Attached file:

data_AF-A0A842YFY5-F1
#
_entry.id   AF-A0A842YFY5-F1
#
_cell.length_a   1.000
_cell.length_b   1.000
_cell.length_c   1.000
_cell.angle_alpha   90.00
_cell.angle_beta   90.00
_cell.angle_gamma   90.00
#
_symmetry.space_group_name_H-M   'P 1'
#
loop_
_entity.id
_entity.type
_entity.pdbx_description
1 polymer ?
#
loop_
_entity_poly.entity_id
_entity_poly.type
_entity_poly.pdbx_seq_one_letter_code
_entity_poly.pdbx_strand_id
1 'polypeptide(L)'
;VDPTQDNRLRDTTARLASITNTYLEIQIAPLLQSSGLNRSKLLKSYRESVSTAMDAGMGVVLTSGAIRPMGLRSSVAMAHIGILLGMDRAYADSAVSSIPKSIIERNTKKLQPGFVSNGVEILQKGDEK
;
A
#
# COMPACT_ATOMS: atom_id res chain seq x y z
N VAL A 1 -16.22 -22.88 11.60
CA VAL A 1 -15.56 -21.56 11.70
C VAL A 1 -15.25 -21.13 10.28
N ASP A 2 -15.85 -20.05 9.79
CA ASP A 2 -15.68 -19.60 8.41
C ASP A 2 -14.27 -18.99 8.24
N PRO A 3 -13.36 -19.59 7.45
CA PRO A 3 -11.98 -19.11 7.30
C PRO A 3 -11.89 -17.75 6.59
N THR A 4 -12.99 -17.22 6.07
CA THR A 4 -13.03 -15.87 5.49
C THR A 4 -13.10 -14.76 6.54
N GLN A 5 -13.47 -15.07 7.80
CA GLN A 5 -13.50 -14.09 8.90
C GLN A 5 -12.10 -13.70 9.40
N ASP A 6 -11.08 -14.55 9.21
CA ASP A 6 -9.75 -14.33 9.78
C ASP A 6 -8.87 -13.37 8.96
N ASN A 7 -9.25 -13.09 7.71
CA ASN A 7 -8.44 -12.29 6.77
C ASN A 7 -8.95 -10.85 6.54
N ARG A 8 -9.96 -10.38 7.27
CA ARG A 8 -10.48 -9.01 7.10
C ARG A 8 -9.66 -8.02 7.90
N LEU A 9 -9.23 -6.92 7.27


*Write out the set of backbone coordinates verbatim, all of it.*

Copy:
data_AF-A0A842YFY5-F1
#
_entry.id   AF-A0A842YFY5-F1
#
_cell.length_a   1.000
_cell.length_b   1.000
_cell.length_c   1.000
_cell.angle_alpha   90.00
_cell.angle_beta   90.00
_cell.angle_gamma   90.00
#
_symmetry.space_group_name_H-M   'P 1'
#
loop_
_entity.id
_entity.type
_entity.pdbx_description
1 polymer ?
#
loop_
_entity_poly.entity_id
_entity_poly.type
_entity_poly.pdbx_seq_one_letter_code
_entity_poly.pdbx_strand_id
1 'polypeptide(L)'
;VDPTQDNRLRDTTARLASITNTYLEIQIAPLLQSSGLNRSKLLKSYRESVSTAMDAGMGVVLTSGAIRPMGLRSSVAMAHIGILLGMDRAYADSAVSSIPKSIIERNTKKLQPGFVSNGVEILQKGDEK
;
A
#
# COMPACT_ATOMS: atom_id res chain seq x y z
N VAL A 1 -16.22 -22.88 11.60
CA VAL A 1 -15.56 -21.56 11.70
C VAL A 1 -15.25 -21.13 10.28
N ASP A 2 -15.85 -20.05 9.79
CA ASP A 2 -15.68 -19.60 8.41
C ASP A 2 -14.27 -18.99 8.24
N PRO A 3 -13.36 -19.59 7.45
CA PRO A 3 -11.98 -19.11 7.30
C PRO A 3 -11.89 -17.75 6.59
N THR A 4 -12.99 -17.22 6.07
CA THR A 4 -13.03 -15.87 5.49
C THR A 4 -13.10 -14.76 6.54
N GLN A 5 -13.47 -15.07 7.80
CA GLN A 5 -13.50 -14.09 8.90
C GLN A 5 -12.10 -13.70 9.40
N ASP A 6 -11.08 -14.55 9.21
CA ASP A 6 -9.75 -14.33 9.78
C ASP A 6 -8.87 -13.37 8.96
N ASN A 7 -9.25 -13.09 7.71
CA ASN A 7 -8.44 -12.29 6.77
C ASN A 7 -8.95 -10.85 6.54
N ARG A 8 -9.96 -10.38 7.27
CA ARG A 8 -10.48 -9.01 7.10
C ARG A 8 -9.66 -8.02 7.90
N LEU A 9 -9.23 -6.92 7.27